Digital Micromirror Device
Larry Hornbeck spent nearly two decades developing a revolutionary technology that has, in recent years, begun to offer consumers the chance to enjoy some of the most sophisticated digital imagery ever available. The invention, known as DMD, or the digital micromirror device, is at the core of a system called DLP®, or Digital Light Processing, from Texas Instruments. DLP has brought crystal clear digital images to hundreds of local movie theaters via digital projection systems and to thousands of homes via high-definition television sets. The technology has, in many ways, reset the bar for the visual quality of motion pictures and television programming.
Hornbeck attended Case Western Reserve University in Cleveland, Ohio, earning a BS degree in 1965, an MS in 1968, and a PhD in 1974, all in physics. He joined Texas Instruments (TI) in 1973 as a member of the firm’s Central Research Laboratories staff. In 1977, he began work on optical microelectromechanical systems (MEMs) modulators.
Ten years later, at Texas Instruments, Hornbeck began focusing on ways to use MEMs micromirrors, which are tiny mirrors that are narrower than a single human hair, as part of an all-new digital light modulator. He began looking for a way to use the micromirrors to process incoming light efficiently and convert that light into digital signals. He found that by placing hundreds of thousands of micromirrors in sequence and actuating them to tilt up and down rapidly (thousands of times per second) light could be redirected and processed to project very high resolution images onto a screen while working within a small amount of space.
Hornbeck’s concept evolved into the DMD, a silicon chip containing up to two million micromirror switches. Each of the mirrors on a DMD is movable and individually addressable.
At first, TI used DMD to build an airline ticket printing machine. The first of these machines, the DMD2000, went to market in 1990. Concurrently, TI began working on an initiative that would drive DMD technology toward the high-definition television arena after the U.S. Defense Advanced Research Projects Agency awarded the firm a multimillion-dollar contract for high-definition DMD chip development in 1989. In addition, a private firm seeking ways to project high-definition television in large formats invested money to help develop DMD projector prototypes. TI developed its own internal initiative in 1991, dubbing it the Digital Imaging Venture Project.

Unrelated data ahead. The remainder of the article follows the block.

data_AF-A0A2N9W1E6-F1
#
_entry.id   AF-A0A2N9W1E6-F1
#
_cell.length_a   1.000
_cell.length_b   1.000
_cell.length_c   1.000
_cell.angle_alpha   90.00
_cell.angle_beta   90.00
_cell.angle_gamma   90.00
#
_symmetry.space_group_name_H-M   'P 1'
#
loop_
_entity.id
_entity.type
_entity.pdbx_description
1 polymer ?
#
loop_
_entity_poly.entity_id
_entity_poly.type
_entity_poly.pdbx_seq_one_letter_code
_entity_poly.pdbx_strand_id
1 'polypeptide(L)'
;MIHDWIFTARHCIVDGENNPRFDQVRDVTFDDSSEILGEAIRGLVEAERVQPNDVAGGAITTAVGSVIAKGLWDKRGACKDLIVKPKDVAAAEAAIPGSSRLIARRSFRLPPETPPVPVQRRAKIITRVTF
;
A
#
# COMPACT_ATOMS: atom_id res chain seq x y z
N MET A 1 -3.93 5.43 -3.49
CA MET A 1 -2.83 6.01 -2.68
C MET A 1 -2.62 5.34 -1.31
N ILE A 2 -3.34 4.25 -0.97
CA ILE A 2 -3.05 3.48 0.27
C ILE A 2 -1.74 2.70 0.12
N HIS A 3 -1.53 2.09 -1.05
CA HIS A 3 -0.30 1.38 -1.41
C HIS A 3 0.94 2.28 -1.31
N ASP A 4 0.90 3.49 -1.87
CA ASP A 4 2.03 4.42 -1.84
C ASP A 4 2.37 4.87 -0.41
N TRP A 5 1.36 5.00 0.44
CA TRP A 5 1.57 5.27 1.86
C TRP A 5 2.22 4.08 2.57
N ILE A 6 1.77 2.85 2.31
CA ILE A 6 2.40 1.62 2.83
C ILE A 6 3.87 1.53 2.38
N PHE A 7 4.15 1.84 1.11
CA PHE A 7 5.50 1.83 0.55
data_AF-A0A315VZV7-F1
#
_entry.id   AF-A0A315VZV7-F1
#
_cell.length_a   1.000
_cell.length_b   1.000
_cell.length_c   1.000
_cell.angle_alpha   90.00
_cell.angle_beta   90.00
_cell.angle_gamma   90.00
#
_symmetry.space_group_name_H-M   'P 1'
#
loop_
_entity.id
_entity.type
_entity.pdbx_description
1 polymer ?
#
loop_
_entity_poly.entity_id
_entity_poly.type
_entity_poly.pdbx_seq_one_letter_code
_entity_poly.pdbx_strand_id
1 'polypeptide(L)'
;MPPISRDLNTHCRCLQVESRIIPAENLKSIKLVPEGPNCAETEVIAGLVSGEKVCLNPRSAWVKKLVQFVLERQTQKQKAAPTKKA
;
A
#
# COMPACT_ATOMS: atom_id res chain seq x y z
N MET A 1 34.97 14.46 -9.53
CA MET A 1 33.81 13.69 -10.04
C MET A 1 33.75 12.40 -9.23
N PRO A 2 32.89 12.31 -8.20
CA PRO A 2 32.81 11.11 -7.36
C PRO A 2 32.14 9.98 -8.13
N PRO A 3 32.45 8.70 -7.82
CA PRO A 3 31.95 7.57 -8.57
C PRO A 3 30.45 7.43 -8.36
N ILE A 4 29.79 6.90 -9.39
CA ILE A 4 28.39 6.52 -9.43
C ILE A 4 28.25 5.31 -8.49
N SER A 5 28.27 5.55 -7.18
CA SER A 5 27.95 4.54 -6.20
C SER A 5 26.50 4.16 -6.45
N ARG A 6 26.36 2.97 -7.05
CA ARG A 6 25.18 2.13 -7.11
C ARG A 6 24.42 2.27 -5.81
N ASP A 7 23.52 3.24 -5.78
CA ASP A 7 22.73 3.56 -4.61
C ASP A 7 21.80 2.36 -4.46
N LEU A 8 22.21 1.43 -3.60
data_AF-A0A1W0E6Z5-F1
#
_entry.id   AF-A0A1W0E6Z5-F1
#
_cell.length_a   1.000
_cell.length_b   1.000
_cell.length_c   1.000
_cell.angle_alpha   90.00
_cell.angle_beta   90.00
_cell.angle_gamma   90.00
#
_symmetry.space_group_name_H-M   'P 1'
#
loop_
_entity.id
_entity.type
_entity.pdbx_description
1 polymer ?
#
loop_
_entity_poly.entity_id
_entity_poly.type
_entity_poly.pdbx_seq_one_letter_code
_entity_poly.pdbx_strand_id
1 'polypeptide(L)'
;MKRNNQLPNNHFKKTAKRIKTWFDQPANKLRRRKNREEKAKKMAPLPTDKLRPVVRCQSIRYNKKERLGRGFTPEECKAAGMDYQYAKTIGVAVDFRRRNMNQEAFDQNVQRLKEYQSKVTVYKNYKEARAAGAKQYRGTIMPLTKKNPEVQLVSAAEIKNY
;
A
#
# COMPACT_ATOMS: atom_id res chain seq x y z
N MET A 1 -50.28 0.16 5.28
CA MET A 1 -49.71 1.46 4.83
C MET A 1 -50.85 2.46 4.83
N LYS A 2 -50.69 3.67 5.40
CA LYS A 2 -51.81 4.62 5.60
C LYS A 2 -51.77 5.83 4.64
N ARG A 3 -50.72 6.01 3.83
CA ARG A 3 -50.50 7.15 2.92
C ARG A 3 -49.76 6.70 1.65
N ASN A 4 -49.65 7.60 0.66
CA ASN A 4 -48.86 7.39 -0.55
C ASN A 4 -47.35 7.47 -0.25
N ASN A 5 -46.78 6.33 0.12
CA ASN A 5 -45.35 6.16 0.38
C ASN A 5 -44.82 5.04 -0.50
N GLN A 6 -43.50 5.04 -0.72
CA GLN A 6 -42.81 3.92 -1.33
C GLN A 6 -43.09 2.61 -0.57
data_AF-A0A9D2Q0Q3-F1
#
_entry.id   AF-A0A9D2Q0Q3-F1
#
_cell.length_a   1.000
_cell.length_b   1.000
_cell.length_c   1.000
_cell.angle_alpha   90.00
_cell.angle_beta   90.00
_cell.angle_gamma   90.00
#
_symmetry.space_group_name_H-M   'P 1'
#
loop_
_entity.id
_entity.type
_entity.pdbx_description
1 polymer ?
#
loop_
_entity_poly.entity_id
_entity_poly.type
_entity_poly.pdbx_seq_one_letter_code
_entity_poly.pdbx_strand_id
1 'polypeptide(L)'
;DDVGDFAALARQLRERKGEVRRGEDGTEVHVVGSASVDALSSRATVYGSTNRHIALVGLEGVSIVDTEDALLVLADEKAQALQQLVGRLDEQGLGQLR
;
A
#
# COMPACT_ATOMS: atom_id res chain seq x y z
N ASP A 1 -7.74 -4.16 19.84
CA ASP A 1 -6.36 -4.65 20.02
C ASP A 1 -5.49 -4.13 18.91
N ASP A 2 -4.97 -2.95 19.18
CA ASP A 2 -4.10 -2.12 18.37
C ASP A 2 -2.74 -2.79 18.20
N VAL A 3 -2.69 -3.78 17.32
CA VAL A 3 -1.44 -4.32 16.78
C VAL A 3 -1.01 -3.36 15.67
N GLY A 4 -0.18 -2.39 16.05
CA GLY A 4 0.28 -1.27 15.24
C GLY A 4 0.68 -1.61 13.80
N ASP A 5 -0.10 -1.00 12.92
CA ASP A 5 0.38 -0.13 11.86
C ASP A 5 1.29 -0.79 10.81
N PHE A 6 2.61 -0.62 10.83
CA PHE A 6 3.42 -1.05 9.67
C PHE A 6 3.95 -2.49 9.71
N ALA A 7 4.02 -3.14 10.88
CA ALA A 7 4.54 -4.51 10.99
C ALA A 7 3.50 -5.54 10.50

Hornbeck was tapped to head up this endeavor. In 1993, he was named a TI Fellow in the company’s newly formed Digital Light Projection Products unit. He received a patent for DMD technology and developed and patented numerous other products, some of which were instrumental in making low-cost DMD manufacturing feasible.
By 1996, TI had completed development on its first DLP products. These products incorporated DMD chips into complex systems that used sophisticated electronics to reflect vibrant, all-digital images onto screens or other flat surfaces. DLP projection systems use a single-chip format, which is capable of creating nearly 17 million colors, or a triple-chip format, which can produce some 35 trillion hues. DLP technology is currently used by dozens of electronics manufacturers around the world. It accounts for approximately 50 percent of the front projection market worldwide.
Hornbeck, meanwhile, has continued to hold the title of Fellow of Technology Development for DLP Products. He holds 33 U.S. patents, has authored more than 30 papers, and has been honored with numerous awards, including the 2004 Daniel Noble Award from the Institute of Electrical and Electronics Engineers, the 2005 Photographic Society of America Progress Medal, and the David Sarnoff Medal Award from the Society of Motion Picture and Television Engineers. In 2015, he received an Academy Award for his contribution to revolutionizing how motion pictures are created, distributed, and viewed.